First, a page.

New polling shows devoscepticism is no fringe interest

Fresh polling has shown that the constitutional debate in Wales is becoming more polarised, with growing support both for independence and for doing away with devolution entirely.

Presenting the findings (with a nationalist gloss) on Nation.Cymru, Roger Awan-Scully reveals that a quarter of voters say they would vote ‘Yes’ to independence were the question posed tomorrow. (Experience in Scotland suggests any vote would see this number rise, as the very staging of a referendum legitimised the option).

But it isn’t all bad news: the polls also showed a sharpening of support for re-integrating Wales into a British constitutional framework, with overwhelming support amongst Welsh Conservative voters. Scrapping devolution also beats independence in a head-to-head battle.

These findings add to the sense that this is a looming problem for the Tories in Wales, whose Cardiff Bay leadership are devo-enthusiasts who think their path to getting Labour out lies through a pact with Plaid. Yet hundreds of thousands of Conservative voters sit the devolved contests out, relegating the Party to level pegging with the Nationalists, and members are increasingly restive on the issue.

It has fallen to Daniel Kawczynski, the MP for the border constituency of Shrewsbury, to raise the standard of devoscepticism. Undeterred by the criticism he received from the Welsh Tory leadership, he has returned fire in the Daily Express, warning that devolutionaries are “chipping away at the Union”. His local paper, the Shropshire Star, has also published a debate between Kawczynski and Ken Skates, a Welsh minister, on whether or not devolution is good for Wales.

Whilst the Tories tentatively explore this heresy, meanwhile, Labour are engaging in another bout of their usual intellectual necromancy on the constitutional question. A new group, ‘Labour for Devolution’, are reviving the idea of regional assemblies, calling for each nation and region of the UK to have a parliament equal in power to Holyrood – presumably for no other reason than Edinburgh being devolution’s high-water mark and thus avoiding having to ask any awkward questions about bringing powers back.

Meanwhile, in another piece, Fraser has suggested that the Opposition’s official plans would entail rolling back devolution. That seems like too much to hope for.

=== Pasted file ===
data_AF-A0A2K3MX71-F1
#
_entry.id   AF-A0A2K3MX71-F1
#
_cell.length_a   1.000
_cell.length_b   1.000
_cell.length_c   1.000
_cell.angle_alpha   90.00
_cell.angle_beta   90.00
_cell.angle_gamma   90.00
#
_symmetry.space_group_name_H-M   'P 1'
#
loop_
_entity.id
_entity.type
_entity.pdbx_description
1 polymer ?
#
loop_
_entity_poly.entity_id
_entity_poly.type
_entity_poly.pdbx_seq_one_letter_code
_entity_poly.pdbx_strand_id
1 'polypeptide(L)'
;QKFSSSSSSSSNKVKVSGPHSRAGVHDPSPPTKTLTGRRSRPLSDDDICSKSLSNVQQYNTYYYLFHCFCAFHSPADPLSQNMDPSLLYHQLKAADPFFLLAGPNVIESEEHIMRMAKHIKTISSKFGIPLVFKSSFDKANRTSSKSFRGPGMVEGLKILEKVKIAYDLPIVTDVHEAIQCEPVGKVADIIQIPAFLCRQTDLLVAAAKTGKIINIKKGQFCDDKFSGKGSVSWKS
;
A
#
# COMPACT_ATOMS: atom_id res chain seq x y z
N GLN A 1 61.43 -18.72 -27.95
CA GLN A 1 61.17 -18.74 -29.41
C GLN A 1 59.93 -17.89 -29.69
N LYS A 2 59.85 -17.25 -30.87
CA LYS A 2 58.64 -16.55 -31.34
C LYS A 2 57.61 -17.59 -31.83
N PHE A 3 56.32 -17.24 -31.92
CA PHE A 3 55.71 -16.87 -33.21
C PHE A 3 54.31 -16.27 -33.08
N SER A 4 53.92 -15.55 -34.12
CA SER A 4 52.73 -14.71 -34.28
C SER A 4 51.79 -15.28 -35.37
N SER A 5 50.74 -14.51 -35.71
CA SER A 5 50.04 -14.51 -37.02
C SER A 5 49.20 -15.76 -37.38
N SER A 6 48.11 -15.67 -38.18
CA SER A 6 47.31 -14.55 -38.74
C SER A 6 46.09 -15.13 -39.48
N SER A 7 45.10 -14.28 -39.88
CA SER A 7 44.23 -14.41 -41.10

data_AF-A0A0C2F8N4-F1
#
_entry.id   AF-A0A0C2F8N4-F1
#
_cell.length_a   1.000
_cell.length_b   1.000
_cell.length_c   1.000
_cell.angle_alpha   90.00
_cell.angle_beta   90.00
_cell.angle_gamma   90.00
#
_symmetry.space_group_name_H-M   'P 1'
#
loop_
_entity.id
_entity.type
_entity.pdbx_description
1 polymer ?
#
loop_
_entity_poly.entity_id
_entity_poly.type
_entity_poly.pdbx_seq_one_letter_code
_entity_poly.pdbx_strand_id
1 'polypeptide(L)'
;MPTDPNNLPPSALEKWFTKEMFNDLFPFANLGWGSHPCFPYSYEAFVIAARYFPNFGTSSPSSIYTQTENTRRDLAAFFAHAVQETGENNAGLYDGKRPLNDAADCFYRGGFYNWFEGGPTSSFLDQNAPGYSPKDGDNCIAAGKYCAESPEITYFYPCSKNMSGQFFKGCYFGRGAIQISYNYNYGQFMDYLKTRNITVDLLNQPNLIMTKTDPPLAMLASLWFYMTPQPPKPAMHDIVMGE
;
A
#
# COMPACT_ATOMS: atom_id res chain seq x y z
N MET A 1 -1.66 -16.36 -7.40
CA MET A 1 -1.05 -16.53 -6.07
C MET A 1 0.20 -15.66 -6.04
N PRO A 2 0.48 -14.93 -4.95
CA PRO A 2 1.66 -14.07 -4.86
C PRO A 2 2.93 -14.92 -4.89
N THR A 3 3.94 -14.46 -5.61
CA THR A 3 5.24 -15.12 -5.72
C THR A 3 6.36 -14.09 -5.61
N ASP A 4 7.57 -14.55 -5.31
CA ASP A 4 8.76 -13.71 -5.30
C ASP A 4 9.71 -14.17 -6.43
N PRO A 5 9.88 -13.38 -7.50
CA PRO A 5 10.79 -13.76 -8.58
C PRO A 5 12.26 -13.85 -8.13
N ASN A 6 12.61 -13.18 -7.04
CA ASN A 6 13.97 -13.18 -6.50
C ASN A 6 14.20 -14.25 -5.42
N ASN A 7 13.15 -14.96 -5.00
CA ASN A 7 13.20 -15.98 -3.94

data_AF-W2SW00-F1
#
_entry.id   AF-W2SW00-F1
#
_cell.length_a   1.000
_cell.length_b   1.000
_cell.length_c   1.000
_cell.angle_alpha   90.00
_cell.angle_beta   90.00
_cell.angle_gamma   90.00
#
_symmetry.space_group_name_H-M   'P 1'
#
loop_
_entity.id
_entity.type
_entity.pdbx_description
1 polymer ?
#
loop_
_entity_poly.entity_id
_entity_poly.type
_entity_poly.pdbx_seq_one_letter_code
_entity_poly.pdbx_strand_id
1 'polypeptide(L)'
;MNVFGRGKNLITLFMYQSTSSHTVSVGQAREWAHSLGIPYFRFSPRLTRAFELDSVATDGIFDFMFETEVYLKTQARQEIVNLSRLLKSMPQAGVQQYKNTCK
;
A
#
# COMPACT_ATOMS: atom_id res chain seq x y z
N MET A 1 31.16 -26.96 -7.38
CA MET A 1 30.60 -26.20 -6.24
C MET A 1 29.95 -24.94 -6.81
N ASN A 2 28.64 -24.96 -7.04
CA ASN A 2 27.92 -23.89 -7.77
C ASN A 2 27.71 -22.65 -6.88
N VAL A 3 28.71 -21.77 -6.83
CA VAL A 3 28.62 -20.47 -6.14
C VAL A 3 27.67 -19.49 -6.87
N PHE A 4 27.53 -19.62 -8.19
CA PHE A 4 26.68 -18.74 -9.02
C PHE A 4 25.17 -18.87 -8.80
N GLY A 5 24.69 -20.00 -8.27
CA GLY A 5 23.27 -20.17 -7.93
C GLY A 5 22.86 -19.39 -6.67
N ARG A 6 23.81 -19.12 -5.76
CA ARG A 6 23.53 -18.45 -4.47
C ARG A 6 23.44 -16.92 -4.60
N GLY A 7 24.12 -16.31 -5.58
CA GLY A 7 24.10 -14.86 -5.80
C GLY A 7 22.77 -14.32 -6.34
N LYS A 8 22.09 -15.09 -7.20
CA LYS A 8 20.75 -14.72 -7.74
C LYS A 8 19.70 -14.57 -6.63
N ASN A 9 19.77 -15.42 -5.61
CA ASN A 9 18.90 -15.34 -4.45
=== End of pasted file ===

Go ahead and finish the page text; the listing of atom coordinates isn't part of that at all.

Sturgeon faces continued pressure over care homes

The Scottish Government has been extremely fortunate that the woes of the British Government have overshadowed its own domestic failures, but it continues to face questions over the unfolding ‘care homes crisis’. This morning the Guardian reported that there exists a “scandalous” postcode lottery when it comes to testing for staff and residents in the at-risk facilities.

At the weekend the Times also revealed that a second official report, this one from 2016, warned that Scotland was not prepared for a pandemic due to staff and resource shortages.

Jackson Carlaw, the leader of the Scottish Conservatives, has challenged the First Minister over her failure to appoint a dedicated minister to oversee care homes once the scale of the threat became apparent.

Murdo Fraser dedicated his column this week to highlighting how ill-equipped a newly-independent Scotland would have been to meet the Covid-19 crisis, whilst Ian Smart has a blog setting out a string of institutional failures across broad swaths of devolved government.

At Prime Minister’s Questions, Boris Johnson also attacked Ian Blackford, the SNP’s Westminster leader, for his “obscurantism and myth-making” about the Government’s performances.

Fury over claim Sinn Fein is blocking payments to IRA victims

The Government has challenged Sinn Fein after the Republican party was accused of blocking payments to victims of the Troubles – because they wanted ex-prisoners to get payments too, according to the Daily Mail.

Speaking at Prime Minister’s Questions, Johnson told a DUP MP that it was ‘very important’ that the programme get up and running, and that it will provide “a fair, balanced and proportionate way of helping all those who suffered most during the Troubles.”

Under the scheme, which was outlined by the Government earlier this year, victims who suffered either physical or psychological injury will receive between £2,000 and £10,000 per annum – but not those convicted of serious offences or injured by their own actions.

Sinn Fein have refused to nominate a Stormont department to operate the programme. There is also a dispute over who’s going to fund it, with Brandon Lewis refusing to commit to its being paid for by Westminster.

In another news, the Irish backstop – which this Government signed up to – is apparently forcing retailers to consider moving operations out of Northern Ireland. The constitutional damage it will do to the Union grows clearer by the day. In the event of a no-deal Brexit, will ministers have the courage to resile from it and insist that the proper place for a border is, bluntly, where the Border is?

Holyrood committee has ‘serious concerns’ over delayed release of Salmond documents

MSPs have expressed frustration at the Scottish Government’s slowness to release key documents relating to Alex Salmond, the Daily Record reports.

A special Holyrood committee has been convened to investigate the ‘fiasco’ in which an internal probe into the former First Minister’s alleged misconduct ended up in court, with Salmond victorious and a judge ruling the inquiry “tainted by bias and unlawful”, in the Record’s words. All at a total cost to the taxpayer of over £500,000.

The committee was forced to suspend its work when Salmond was charged with various sexual offences, but has been able to resume upon his acquittal. He’s now apparently on a warpath for revenge and ‘gunning’ for senior members of the current Nationalist administration.